CustomMade’s Staff Tries Glass Blowing
This article was written by Heather Bailey, part of CustomMade’s Maker Success team.
What a treat: a chance to step out of our offices and into the shoes of some of our makers. As a reward for making our quarterly goal, the employees of CustomMade were given the unique opportunity to take a “maker class,” either blacksmithing or glass blowing. Personally, I was torn by the decision. How were we expected to pick between two totally different and exciting crafts? In the end it didn’t matter. My brief hesitation landed me in glass blowing and I couldn’t have been more thrilled.
Our curiosity was piqued as we crossed the threshold into the shop of Noca Glass School in Cambridge, no one knowing exactly what to expect. The shop was airy, open, and warm… very warm. Overwhelmingly hot actually. I began to see small sweat beads forming on the brow of several of my co-workers. Then we all noticed the heat source: seven furnaces burning at anywhere between 900 and 2,400 degrees. Those will heat a place up pretty quickly!
Our instructor for the day appears. Jessie Rasid, a graduate of the Mass College of Art and Design with over twenty years of glass blowing experience, is the man in town to see. He begins by giving us a quick rundown of the stages glass goes through in taking its final shape. Now, it’s our turn to try.
First up: the gather. In any glass blowing studio, you’ll find large (rather frightening) furnaces. They contain a pot of glass that’s been melted down at 2,400 degrees into a sort of orange-colored molasses. To gather, you take a heated metal pole, open the furnace, and gather a bit of the glass on the end of your pole. Several gathers must be done to make one piece. Jessie demonstrates (making it look easy) and then opens up the floor for volunteers. After a few seconds of silence, one brave soul raises his hand. Jessie then draws a circle on the floor in chalk about a foot and a half away from the door to the furnace and says,“We call this the Circle of Death. Make sure to have your left foot in it while you gather the glass.” Now, I consider myself to be of sound mind — and one of the reasons for that is because, up until this point in my life, I’ve declined to step into anything called “the Circle of Death.” Once fully in the Circle of Death, we’re required to move our faces closer (yes closer) to the open furnace in order to get a sense of how much glass we have on the pole. It’s at this point I make a mental note to check Jessie’s face to ensure that he indeed still has his eyebrows. He turns around from helping another one of my brave co-workers, and says,“Anyone else?” Confirming his eyebrows are intact, I raise my hand.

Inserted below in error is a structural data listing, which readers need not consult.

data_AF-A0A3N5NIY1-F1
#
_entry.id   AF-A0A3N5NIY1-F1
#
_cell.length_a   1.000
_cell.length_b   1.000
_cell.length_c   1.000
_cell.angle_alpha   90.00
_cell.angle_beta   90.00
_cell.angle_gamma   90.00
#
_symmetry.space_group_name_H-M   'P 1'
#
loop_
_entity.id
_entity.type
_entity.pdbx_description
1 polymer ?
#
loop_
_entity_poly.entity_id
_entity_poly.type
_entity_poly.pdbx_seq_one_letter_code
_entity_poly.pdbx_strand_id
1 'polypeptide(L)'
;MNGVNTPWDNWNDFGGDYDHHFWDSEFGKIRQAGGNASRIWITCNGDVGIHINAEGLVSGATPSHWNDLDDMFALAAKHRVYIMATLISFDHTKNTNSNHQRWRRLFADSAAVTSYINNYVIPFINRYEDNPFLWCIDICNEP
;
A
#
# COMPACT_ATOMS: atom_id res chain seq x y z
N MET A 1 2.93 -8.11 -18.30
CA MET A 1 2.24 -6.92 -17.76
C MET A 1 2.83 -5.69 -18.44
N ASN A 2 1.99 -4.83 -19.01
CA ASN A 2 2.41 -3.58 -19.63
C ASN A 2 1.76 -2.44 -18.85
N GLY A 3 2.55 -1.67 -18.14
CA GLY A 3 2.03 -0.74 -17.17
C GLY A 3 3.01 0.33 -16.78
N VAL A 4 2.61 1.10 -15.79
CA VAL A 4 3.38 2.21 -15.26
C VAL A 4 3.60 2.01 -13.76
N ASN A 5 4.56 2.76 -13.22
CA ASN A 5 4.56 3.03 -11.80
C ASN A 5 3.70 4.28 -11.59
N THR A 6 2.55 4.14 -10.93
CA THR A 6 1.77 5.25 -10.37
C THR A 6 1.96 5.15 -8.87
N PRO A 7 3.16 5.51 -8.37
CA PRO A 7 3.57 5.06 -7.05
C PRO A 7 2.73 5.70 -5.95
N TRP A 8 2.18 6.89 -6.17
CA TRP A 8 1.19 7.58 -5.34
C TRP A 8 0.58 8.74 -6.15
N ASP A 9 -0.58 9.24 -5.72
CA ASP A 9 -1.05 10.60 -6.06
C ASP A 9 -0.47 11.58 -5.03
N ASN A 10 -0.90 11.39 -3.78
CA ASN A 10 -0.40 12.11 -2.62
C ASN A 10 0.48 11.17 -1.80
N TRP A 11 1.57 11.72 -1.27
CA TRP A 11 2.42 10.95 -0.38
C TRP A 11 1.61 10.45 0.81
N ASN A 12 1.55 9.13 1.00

Second step: the “glory hole.” Once we all have our gather, we’re able to mold it by pulling at it with giant tweezers or by rolling it on a metal table called a marver in order to get the shape (or a shape relatively similar) to what we’re looking for. Then comes the glory hole stage. The glory hole is the second, less hot but still fiercely roaring, furnace. This is used to reheat the glass when it begins to cool off and become less malleable. Once we’re satisfied with our pieces, we place them in the final oven for 14-16 hours where they slowly cool to retain their shape.
In the week prior to the outing, we endlessly pondered what we would be crafting, a wine glass? A bowl? A vase? As it turns out, all of those things are way beyond our level. We were given the opportunity to make a paperweight, a flower or a pumpkin, the last being the only one that required any actual blowing. When we finished our pieces, the kind folks at Noca Glass School made us a parting gift for our entire office, a lovely fruit bowl designed by and made especially for all of us at CustomMade. It was a lovely day!